Volume 1 Supplement 1

Safety in Health

Open Access

Supplementary non pharmacological interventions in patients of the Department of Oral and Maxillofacial Surgery

Safety in Health20151(Suppl 1):A10

https://doi.org/10.1186/2056-5917-1-S1-A10

Published: 30 October 2015

Background

Dental surgery is performed under local anesthesia. By introducing methods, which are able to reduce pain, dental procedures have lost much of its fear factor.

Nevertheless, patient reports of unpleasant sensations up to severe pain (according to surveys between 60% to 80%) still cause fear of dental procedures [1].

Preoperative anxiety had a negative impact on case studies in postoperative pain intensity [2]. Sartory et al., (2010) reported 20% of the patients that they are very anxious and therefore 5% even avoid the dentist. Anxiety and pain are the reason for the worsening of dental status of patients and leads to health problems and social impairment [3].

For these reasons, pain management is an important prerequisite to facilitate the treatment situation for the patient and to avoid far-reaching consequences. Some patients use non-pharmacological methods during surgery under local anesthesia in oral surgery. These interventions must be structured and individualized to each patient to offer maximum pain relief with minimal side effects. To better address these needs, a patient survey was performed.

Material and methods

Based on literature search a patient questionnaire was designed. By interviewing our patients any preferences should be recognized. A descriptive, quantitative cross-sectional design was chosen, multiple answers were possible.

Results

Of all respondents, 43.2% wanted additional calming measures prior to treatment. 54.1% requested additional calming measures during treatment. 22 patients from outpatient care and 18 from operating activities required additional measures during treatment. The other 14 patients surveyed from the outpatient and 20 from operations did not request any complementary interventions.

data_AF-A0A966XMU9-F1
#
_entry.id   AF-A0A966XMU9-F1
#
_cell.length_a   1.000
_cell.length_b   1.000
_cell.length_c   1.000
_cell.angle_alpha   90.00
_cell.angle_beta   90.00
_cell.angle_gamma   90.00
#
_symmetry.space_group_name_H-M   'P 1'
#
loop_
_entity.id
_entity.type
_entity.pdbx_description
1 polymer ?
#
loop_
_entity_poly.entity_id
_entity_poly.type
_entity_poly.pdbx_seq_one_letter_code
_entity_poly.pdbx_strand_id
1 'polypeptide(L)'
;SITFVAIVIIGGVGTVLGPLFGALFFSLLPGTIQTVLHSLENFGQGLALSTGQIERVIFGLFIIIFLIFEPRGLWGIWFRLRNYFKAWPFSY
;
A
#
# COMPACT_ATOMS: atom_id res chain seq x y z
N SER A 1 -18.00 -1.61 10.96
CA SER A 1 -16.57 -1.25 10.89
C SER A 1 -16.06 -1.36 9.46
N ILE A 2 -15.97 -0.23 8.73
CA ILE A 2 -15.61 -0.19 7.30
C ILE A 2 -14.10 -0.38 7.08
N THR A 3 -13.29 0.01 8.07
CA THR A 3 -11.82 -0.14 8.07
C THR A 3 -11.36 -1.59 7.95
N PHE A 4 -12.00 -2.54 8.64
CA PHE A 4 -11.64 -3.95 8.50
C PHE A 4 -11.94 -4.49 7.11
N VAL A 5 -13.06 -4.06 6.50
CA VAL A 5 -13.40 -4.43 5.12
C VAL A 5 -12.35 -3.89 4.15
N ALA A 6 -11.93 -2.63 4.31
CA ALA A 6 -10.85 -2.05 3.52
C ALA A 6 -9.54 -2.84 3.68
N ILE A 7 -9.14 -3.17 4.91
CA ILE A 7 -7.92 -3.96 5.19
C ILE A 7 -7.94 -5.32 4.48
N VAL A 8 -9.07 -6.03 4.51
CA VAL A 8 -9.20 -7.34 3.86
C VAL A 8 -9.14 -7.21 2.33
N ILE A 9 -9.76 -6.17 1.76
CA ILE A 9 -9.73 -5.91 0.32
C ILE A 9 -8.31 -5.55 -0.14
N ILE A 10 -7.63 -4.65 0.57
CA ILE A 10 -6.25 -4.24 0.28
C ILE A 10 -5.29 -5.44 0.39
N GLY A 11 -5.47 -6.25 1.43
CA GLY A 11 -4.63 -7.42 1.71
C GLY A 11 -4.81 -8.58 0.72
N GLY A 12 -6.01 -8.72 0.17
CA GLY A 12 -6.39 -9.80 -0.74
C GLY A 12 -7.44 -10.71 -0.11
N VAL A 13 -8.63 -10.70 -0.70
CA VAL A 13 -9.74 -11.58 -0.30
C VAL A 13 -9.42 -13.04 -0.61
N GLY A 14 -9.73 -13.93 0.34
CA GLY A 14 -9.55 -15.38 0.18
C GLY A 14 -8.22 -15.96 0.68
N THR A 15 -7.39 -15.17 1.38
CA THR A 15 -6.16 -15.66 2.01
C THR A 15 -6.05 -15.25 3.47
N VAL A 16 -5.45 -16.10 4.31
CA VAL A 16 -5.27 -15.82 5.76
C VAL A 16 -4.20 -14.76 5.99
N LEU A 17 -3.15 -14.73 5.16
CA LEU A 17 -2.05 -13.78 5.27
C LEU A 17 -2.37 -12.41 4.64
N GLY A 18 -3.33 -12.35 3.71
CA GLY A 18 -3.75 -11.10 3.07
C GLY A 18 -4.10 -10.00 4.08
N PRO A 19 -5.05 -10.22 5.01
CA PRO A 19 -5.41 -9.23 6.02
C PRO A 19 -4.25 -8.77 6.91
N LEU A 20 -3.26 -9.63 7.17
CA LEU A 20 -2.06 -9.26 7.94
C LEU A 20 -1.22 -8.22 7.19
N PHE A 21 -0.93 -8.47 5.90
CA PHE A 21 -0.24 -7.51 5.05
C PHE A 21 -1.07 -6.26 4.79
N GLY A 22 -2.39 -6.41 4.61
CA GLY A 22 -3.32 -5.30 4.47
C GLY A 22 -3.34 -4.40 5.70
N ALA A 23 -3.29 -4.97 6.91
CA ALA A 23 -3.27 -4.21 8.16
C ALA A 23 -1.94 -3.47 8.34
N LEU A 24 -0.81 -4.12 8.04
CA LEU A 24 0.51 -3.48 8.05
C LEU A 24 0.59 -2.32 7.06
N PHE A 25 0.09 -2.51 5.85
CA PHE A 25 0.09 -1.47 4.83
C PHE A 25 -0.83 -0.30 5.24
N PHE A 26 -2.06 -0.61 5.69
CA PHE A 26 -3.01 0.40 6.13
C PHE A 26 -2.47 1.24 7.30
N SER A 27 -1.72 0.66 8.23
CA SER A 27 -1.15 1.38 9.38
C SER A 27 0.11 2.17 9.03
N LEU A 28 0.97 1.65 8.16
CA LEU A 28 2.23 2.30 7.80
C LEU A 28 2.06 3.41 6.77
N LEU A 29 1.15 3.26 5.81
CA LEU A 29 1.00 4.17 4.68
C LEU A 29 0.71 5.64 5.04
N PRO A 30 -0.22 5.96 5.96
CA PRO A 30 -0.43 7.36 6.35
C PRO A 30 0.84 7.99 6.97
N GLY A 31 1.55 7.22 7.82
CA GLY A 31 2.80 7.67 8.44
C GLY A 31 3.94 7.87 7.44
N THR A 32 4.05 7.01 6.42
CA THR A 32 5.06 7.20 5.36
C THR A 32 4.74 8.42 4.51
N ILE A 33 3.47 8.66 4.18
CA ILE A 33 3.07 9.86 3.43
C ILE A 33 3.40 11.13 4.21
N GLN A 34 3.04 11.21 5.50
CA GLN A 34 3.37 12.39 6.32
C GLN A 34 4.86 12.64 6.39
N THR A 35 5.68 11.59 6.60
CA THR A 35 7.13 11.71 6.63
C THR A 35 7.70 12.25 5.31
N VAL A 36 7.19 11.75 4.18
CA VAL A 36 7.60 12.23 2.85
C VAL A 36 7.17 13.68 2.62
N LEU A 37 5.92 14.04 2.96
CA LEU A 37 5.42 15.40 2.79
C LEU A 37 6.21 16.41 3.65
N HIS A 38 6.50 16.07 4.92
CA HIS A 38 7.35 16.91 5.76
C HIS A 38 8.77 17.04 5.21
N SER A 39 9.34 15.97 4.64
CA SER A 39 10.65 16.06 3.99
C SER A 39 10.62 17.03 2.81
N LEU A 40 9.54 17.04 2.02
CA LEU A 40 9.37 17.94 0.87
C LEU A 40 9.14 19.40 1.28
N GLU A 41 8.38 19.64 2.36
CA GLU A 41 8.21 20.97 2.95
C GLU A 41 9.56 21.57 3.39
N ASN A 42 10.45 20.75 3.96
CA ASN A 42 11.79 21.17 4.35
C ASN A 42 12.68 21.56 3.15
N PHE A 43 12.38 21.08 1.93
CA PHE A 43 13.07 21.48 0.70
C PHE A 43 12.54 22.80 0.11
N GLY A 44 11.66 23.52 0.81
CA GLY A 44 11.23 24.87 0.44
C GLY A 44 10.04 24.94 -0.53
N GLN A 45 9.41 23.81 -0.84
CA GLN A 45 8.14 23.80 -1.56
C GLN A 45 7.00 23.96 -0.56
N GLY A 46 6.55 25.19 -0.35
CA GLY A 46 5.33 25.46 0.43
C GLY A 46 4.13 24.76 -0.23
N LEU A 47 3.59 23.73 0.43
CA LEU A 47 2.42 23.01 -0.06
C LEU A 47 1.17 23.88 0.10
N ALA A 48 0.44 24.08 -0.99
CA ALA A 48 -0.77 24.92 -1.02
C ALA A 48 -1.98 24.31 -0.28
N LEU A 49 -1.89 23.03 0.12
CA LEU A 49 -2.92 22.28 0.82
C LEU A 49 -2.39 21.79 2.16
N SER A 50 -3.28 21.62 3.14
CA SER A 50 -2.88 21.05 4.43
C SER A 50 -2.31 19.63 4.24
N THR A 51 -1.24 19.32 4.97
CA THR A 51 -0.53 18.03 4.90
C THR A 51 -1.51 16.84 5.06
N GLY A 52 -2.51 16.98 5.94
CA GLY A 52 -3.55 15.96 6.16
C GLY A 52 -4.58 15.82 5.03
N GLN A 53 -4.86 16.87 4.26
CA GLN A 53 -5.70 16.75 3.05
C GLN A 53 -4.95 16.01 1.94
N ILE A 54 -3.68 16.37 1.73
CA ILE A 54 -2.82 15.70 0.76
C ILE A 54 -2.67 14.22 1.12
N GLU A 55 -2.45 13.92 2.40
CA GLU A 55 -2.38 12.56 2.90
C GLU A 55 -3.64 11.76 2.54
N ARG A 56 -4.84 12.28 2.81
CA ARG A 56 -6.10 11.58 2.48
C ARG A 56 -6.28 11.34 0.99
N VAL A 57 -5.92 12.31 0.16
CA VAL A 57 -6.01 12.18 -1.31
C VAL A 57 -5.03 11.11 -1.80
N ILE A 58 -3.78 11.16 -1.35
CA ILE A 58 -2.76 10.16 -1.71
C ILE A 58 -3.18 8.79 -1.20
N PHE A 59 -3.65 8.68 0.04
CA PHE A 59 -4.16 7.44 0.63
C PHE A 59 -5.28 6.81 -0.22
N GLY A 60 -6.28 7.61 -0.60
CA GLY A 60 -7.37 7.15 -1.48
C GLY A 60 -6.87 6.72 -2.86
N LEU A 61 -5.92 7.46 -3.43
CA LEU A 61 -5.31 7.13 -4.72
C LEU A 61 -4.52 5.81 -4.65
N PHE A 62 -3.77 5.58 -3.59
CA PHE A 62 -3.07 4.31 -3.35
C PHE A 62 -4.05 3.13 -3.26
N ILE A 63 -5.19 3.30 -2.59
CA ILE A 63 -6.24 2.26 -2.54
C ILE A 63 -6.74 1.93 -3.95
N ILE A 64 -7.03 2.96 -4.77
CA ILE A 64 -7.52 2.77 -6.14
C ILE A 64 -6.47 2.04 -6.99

Requested pre-treatment information was primarily about calming measures (30.3%), followed by treatment related information (27.0%). Music was preferred in 18.9% and breathing exercises in 8.2%. Jin Shin Jitsu was used in 6.6%, the anti-stress ball in 4.9%, and muscle relaxation in 4.1%. Music from the radio was preferred primarily (50%) followed by classical music (30.8%) and modern music (19.2%).

Conclusions

Our investigation showed that an increased number of patients requested additional calming, interventions even before the planned intervention. Even information about the treatment has a calming effect before and during the procedure. The third most preferred soothing intervention was music, especially of the common radio. Patients expected from non-pharmacological interventions equally calming and pain relief. Further studies are necessary to increase in subjective well-being of patients by using non-pharmacological interventions. This shall optimize patient orientated interventions on a scientifically proven basis.

Acknowledgements

We thank Chief Nursing Director Christa Tax, MSc, Christine Foussek, MSc, Leo Schröder, MSc, Martin Wiederkumm, MSc and Ingrid Kröll for their support in developing and running the study.

Authors’ Affiliations

(1)
Division of Oral and Cranio-Maxillofacial Surgery, Department of Dentistry and Maxillofacial Surgery, Medical University of Graz

References

  1. Sartory G, Wannemüller A: Zahnbehandlungsphobie. 2010, Göttingen, Bern, Wien, Paris, Oxford, Prag, Toronto, Cambridge, Amsterdam, Kopenhagen, Stockholm: Hogrefe Verlag GmbH&Co.KGGoogle Scholar
  2. & Stheling: Expertenstandard Schmerzmanagement in der Pflege bei akuten Schmerzen. 2011, Osnabrück: DNQPGoogle Scholar
  3. Jäger K: Behandlungsangst beim Zahnarzt. 2012, Saarbrücken: AV Akademiker VerlagGoogle Scholar

Copyright

© Sailer 2015

This article is published under license to BioMed Central Ltd. This is an Open Access article distributed under the terms of the Creative Commons Attribution License (http://creativecommons.org/licenses/by/4.0), which permits unrestricted use, distribution, and reproduction in any medium, provided the original work is properly cited. The Creative Commons Public Domain Dedication waiver (http://creativecommons.org/publicdomain/zero/1.0/) applies to the data made available in this article, unless otherwise stated.

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